Specialists argued that opioid addiction causes approximately 91 overdose deaths every year in the United States, the country being in the agonies of an epidemic of opioid abuse. A new research developed by the US Centers for Disease Control and Prevention indicates that the total number of opioid deaths may be underestimated.
CDC specialists argue that they might have underestimated the number of opioid addiction cases
Dr. Victoria Hall, a CDC field officer in Minnesota, has stated that the Minnesota Department of Health received a report about an unusual death of a middle-aged man. The man, who had been on an extended opioid therapy meant to treat his back pain, suddenly died. His family was worried about the fact that he might abuse his treatment.
After the autopsy, the medical examiner revealed that the man tested for a high level of opioids and was also diagnosed with pneumonia. Hall noted that on the death certificate, the examiner only put pneumonia, avoiding mentioning the use of opioids. Researchers claim that it may be hard to trace death causes, similar to this one, within surveillance systems based on autopsy report codes like the International Classification of Diseases, Tenth Edition.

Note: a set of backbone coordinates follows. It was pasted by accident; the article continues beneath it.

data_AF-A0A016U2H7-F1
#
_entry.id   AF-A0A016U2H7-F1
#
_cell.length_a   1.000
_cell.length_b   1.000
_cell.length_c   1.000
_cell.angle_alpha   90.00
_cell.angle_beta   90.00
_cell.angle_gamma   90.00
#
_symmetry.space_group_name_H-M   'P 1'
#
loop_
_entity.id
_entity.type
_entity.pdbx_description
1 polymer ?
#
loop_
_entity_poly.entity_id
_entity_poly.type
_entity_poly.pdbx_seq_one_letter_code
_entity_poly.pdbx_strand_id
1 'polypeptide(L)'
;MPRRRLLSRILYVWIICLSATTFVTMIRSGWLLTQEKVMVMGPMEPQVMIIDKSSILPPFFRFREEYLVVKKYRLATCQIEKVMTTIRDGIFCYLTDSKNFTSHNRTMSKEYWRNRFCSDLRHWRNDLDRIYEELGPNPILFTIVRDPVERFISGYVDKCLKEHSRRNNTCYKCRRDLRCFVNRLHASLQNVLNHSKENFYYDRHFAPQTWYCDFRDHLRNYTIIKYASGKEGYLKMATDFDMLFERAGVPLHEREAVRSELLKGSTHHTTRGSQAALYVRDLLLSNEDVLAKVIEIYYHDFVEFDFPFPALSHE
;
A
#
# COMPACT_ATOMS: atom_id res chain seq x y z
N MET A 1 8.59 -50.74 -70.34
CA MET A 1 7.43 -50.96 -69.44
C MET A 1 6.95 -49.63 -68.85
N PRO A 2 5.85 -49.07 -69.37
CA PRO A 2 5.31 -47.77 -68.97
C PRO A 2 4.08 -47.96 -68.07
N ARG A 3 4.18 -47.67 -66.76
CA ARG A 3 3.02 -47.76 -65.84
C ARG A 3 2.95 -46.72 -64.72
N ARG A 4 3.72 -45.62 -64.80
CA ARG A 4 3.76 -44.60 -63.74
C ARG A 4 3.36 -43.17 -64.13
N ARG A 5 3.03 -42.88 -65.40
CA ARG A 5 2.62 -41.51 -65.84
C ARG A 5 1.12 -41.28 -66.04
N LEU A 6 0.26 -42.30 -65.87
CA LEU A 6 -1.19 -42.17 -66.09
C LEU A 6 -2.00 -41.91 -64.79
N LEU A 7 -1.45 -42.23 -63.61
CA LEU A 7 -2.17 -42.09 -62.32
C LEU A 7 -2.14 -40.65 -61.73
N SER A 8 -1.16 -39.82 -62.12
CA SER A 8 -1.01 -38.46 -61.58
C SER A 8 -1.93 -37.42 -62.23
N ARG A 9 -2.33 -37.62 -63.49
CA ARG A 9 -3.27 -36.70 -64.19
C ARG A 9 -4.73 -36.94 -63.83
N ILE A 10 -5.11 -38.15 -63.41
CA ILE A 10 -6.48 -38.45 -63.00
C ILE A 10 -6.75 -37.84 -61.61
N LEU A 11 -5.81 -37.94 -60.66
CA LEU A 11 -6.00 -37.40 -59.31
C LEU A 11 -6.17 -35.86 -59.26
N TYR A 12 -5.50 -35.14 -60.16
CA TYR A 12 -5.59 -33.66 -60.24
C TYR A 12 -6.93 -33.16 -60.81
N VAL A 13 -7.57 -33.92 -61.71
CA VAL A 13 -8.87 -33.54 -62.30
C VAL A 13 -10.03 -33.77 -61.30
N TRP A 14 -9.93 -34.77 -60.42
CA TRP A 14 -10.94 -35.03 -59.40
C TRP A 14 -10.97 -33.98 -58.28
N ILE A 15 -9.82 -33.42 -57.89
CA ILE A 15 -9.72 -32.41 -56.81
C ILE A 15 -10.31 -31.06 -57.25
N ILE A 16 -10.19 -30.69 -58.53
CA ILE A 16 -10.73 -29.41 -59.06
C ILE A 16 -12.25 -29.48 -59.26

In America, every year, approximately 91 people die due to opioid abuse
Hall pointed out that more than half of the number of deaths triggered by opioid addiction in Minnesota, starting with 2006 until 2015, had not been encompassed in the total number of the state. The new research does not indicate to what percent specialists are underestimating the problem, but it reveals that there are some missed cases. Hall also said that this terrifying situation looks as if it were the peak of an epidemic.
The new research was made public on April 24 at the Annual Epidemic Intelligence Service Conference. At the conference, experts showcased the recent investigations of CDC. Disease detectives at US Centers for Disease Control and Prevention sustained more than a hundred field investigations every year, in the US and at a global level. The team led by Hall analyzed death records from the Minnesota Department of Health’s Unexplained Death surveillance system, which is also known as UNEX, starting with 2006 and ending in 2015.
In many other states, the CDC started implementing the new system in 1995 in several states. However, Minnesota was the one which maintained it. The surveillance system was designed to be on a constant lookout for all sorts of diseases. How do you think authorities could diminish the number of opioid addicts?
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